A new study from researchers at the University of Michigan Rogel Cancer Center finds; that the gene FOXA1 overrides normal biology in three different ways to drive prostate cancer. They refer to the three classes as fast, furious, and loud to reflect their unique features. The findings are publish in Nature. The Fast and the Furious movie franchise meets the Fast N’ Loud television series to define an oncogene that drives 35% of prostate cancers.

However, we found that the same gene can be turn into an oncogene in three different ways. One moves fast in the nucleus, the second binds to chromatin furiously and the third amplifies itself to be loud. But these three alteration classes have different clinical implications for patients.” Abhijit Parolia; a molecular and cellular pathology graduate student and co-first author on this study.

Fast and furious mutations

Class 1 mutations are FAST. They cause the transcription factor to travel more quickly through the DNA; allowing the partnering androgen receptor to activate expression of cancer-promoting genes. Imagine the driver racing forward at high speed. And these mutations is seen in early stage prostate cancer and is likely what triggers the disease.

However, class 2 mutations are FURIOUS. The mutation causes a portion of the FOXA1 molecule to cut. This truncate molecule binds very strongly to the DNA, preventing normal FOXA1 from binding. This mutations is found in lethal hormone-therapy resistant prostate cancer; and promote the cancer’s spread to distant sites. Think of the mutant as furiously binding DNA and dominantly enabling the cancer’s aggressive features.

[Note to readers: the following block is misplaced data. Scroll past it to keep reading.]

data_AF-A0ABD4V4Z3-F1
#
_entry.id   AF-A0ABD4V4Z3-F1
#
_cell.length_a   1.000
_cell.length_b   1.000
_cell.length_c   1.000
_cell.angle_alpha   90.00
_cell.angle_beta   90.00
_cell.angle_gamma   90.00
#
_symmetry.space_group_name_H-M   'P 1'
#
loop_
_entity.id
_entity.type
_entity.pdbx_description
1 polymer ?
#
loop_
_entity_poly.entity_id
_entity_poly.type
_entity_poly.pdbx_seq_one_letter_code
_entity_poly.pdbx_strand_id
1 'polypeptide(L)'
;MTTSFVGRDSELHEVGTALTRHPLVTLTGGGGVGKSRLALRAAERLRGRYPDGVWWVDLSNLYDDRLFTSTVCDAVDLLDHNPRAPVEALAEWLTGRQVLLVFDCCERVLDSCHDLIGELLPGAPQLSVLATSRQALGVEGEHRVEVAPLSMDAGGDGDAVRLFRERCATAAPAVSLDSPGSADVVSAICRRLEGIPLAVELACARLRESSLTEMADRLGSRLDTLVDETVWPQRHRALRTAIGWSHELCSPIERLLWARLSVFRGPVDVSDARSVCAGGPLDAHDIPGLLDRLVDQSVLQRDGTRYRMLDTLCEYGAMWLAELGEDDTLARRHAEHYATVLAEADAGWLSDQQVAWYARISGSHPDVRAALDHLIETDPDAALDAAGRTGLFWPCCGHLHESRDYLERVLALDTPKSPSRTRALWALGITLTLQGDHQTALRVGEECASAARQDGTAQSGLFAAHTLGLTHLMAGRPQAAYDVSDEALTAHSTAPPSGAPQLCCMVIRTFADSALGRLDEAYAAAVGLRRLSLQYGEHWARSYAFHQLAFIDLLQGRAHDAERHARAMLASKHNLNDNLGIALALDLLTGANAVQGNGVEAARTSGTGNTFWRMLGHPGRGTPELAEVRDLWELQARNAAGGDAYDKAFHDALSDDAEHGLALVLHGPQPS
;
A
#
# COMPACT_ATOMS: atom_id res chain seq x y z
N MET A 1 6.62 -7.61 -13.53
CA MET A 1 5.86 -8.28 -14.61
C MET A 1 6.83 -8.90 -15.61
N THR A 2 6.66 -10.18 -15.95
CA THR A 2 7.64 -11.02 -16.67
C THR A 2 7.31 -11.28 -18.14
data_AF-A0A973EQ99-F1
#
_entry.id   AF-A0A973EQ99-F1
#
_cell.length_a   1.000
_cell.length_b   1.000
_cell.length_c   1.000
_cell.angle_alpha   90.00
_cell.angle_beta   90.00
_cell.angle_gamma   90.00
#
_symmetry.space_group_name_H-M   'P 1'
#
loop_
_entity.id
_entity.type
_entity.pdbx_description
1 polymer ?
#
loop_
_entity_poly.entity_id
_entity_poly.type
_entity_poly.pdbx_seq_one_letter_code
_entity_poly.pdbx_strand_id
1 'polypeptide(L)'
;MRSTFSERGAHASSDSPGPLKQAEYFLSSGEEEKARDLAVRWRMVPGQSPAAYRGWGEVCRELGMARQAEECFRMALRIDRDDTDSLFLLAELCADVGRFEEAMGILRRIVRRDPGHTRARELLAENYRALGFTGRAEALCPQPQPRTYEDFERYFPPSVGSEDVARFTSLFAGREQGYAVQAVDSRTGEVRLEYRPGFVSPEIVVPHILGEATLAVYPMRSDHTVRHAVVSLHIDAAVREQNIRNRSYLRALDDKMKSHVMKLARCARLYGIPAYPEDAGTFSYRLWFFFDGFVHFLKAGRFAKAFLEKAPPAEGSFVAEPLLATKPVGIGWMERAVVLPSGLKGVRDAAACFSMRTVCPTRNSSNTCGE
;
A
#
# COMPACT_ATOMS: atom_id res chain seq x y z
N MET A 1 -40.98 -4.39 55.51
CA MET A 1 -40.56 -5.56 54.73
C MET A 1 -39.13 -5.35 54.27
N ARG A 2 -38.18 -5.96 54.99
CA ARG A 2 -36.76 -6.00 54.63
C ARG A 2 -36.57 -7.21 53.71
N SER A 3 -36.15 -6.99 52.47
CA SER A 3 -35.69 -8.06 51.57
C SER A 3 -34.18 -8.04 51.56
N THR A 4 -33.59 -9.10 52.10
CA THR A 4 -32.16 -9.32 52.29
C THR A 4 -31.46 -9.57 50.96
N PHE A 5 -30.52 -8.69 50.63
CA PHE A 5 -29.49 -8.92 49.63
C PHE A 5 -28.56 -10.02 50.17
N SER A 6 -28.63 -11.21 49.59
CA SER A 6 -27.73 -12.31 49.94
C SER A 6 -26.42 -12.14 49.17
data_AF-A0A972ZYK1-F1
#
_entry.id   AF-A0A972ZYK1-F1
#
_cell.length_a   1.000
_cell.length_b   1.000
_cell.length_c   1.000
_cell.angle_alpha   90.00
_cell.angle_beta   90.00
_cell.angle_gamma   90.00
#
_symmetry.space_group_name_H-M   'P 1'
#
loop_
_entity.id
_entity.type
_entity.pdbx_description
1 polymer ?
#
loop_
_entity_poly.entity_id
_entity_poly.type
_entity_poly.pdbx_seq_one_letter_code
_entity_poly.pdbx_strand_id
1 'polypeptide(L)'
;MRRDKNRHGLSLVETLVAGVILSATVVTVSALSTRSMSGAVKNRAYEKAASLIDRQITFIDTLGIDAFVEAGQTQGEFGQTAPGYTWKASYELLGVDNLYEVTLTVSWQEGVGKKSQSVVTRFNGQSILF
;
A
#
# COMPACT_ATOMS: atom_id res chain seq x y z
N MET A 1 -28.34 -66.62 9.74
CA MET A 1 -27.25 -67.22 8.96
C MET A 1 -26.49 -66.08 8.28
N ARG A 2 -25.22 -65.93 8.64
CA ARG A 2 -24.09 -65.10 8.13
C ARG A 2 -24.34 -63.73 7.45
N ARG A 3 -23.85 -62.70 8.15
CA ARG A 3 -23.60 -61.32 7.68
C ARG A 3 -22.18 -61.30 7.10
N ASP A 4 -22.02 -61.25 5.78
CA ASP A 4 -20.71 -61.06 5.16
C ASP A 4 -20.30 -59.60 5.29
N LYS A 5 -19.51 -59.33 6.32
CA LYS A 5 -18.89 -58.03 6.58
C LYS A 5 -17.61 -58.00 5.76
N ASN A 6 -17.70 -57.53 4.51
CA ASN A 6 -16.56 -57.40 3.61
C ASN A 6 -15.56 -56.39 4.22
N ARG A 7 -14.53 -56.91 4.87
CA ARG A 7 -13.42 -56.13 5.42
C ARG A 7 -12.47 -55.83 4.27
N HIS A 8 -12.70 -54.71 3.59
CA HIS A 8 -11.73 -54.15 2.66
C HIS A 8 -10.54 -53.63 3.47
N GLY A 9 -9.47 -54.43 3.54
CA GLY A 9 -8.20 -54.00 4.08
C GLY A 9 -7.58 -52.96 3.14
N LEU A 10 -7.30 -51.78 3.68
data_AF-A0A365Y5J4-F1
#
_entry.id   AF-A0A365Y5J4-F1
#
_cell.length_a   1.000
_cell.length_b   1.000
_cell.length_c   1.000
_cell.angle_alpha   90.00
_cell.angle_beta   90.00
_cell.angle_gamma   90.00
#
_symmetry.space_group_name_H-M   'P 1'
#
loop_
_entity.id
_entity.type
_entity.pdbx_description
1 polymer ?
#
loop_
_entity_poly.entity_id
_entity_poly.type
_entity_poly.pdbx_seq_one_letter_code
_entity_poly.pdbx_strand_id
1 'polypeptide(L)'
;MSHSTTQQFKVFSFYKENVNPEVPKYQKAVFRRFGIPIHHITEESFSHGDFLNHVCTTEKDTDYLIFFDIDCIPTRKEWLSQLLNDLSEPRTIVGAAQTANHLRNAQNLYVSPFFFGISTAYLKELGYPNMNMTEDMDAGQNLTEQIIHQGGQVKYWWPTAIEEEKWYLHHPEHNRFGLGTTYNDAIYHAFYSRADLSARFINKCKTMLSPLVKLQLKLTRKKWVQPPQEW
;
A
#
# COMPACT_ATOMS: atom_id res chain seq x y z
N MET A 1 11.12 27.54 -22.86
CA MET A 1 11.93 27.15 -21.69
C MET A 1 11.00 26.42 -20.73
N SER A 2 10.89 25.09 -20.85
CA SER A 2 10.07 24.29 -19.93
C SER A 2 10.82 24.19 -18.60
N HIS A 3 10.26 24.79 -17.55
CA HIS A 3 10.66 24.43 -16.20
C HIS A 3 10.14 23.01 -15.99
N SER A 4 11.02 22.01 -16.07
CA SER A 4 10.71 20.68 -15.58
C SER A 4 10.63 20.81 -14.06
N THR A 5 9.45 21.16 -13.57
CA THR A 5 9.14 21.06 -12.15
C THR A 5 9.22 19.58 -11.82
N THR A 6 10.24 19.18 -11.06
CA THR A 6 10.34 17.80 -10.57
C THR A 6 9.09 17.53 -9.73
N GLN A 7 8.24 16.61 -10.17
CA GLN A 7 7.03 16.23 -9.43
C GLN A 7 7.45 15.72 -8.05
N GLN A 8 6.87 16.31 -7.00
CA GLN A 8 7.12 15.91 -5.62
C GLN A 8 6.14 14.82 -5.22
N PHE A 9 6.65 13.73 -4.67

But Class 3 mutations are LOUD. They involve complex rearrangements of the FOXA1 genomic position; creating duplications in which FOXA1 or other oncogenes are overexpress. In other words, the amplify oncogenes work at top volume to be biologically heard. This can occur in both early stage and metastatic cancer. However, fast and furious mutations are mutually exclusive but loud rearrangements; can exist by themselves or mingle with either of the other two.

FOXA1 known to be mutate in prostate cancer

FOXA1 is previously known to be mutate in prostate cancer, but its biological functions are poorly understood. Scientists were uncertain if FOXA1; was an oncogene that fuel cancer and tumor suppressor that hit the brakes. The Rogel Cancer Center team now clarify FOXA1’s role as a driver oncogene; in addition to classifying the three novel FOXA1 alterations.

However, the researchers discover its increase prevalence by using RNA sequencing data from 1,546 prostate cancer samples; from multiple collections, including the Rogel Cancer Center’s Mi-ONCOSEQ program. “Oncogenes tend to be easier to develop therapies for as you could theoretically block them with targeted medicines,” Chinnaiyan says. “However, FOXA1 is a challenging target because it is a transcription factor; a class of proteins notoriously difficult to inhibit with small molecules. However, scientists are now developing innovative strategies to go after these ‘undruggable’ targets.”

But Chinnaiyan says this information can also be use to identify patients with more aggressive disease; or begin to understand why patients respond to therapy differently. However, the authors also show that the three classes of FOXA1 alterations is find in breast cancer; presumably impacting the estrogen receptor in a way similar to how it impacts the androgen receptor. FOXA1 alterations are implicate in bladder cancer.